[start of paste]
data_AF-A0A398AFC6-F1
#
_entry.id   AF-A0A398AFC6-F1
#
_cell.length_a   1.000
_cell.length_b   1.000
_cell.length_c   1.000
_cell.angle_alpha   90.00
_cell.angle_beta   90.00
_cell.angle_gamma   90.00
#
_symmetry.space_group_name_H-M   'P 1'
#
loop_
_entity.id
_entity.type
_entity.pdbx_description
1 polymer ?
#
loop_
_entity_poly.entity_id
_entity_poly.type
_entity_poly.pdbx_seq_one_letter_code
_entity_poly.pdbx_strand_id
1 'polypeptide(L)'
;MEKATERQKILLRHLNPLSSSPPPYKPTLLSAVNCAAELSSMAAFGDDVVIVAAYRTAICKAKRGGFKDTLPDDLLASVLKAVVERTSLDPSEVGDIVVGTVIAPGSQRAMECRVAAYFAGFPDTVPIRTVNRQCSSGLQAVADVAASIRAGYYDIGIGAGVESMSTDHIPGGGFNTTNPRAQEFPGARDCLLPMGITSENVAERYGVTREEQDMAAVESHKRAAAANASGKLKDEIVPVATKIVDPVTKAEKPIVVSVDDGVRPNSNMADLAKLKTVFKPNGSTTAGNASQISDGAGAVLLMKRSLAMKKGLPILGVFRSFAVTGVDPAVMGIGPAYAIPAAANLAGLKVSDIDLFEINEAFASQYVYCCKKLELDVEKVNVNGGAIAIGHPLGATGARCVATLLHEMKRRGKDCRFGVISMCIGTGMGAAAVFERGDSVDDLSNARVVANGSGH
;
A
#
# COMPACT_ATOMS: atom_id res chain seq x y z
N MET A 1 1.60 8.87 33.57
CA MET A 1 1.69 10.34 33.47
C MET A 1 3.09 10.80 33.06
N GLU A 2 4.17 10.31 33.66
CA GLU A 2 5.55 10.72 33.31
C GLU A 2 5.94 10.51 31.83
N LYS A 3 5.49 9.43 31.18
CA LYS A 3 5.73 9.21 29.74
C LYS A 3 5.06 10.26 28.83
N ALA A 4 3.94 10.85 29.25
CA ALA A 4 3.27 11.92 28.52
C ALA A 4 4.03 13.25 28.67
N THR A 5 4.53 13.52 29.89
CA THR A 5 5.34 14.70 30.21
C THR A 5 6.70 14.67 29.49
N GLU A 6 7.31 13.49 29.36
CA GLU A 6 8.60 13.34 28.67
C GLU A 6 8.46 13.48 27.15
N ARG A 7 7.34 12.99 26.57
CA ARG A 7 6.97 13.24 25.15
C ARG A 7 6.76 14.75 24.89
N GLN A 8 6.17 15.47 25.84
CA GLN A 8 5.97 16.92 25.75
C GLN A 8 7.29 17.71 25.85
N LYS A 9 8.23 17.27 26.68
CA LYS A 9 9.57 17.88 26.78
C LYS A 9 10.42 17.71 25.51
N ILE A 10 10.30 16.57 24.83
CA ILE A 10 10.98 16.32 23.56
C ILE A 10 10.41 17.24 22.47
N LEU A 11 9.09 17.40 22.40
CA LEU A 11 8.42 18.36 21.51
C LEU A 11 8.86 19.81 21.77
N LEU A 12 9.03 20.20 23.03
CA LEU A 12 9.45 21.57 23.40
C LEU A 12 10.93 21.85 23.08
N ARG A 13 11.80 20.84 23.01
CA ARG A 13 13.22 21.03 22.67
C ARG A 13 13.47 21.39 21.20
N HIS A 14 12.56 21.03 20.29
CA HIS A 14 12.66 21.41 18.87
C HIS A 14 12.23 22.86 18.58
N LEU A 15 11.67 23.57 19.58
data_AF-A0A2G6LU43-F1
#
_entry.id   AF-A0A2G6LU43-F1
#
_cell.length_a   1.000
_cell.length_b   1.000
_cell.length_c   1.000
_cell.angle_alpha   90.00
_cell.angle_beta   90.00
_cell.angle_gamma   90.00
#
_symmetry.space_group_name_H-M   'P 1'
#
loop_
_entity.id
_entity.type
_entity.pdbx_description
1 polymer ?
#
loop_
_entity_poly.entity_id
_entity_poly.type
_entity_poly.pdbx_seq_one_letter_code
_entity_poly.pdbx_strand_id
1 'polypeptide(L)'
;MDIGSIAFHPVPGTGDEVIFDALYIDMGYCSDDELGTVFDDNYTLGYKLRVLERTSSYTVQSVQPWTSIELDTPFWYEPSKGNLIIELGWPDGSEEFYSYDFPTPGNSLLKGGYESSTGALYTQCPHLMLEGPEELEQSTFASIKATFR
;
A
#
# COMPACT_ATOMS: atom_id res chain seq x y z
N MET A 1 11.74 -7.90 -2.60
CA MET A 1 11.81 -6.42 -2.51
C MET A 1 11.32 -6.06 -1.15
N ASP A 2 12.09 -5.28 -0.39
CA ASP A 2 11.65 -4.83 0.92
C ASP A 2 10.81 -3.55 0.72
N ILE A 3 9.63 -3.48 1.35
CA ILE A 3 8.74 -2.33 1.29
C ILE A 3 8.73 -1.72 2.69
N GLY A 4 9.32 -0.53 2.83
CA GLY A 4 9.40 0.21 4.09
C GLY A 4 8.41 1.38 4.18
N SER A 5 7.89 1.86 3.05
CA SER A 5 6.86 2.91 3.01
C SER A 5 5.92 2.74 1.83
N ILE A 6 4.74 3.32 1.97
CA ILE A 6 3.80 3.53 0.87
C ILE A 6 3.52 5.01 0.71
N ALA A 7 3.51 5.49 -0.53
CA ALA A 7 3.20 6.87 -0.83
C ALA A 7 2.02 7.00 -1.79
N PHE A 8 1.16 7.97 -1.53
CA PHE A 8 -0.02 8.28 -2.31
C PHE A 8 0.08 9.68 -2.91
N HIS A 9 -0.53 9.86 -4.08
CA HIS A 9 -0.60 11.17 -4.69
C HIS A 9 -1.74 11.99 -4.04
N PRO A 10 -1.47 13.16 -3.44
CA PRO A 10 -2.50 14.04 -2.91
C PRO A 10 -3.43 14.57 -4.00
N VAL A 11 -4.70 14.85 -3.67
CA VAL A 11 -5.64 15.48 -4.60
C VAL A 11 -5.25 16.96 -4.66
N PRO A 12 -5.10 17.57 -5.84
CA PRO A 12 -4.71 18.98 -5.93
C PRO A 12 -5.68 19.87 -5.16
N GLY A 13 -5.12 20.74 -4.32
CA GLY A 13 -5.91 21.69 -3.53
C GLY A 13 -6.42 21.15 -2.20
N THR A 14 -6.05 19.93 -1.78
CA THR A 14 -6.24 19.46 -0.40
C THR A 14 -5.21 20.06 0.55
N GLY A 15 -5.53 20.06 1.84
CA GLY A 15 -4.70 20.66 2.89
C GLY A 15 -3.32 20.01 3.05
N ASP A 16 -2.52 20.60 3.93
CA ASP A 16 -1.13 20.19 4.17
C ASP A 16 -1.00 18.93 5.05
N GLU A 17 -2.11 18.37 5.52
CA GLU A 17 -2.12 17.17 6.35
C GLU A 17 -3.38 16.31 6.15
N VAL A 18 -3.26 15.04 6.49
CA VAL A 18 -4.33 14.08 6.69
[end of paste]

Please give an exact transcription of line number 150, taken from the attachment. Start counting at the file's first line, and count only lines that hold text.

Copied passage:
CA ASP A 16 -1.13 20.19 4.17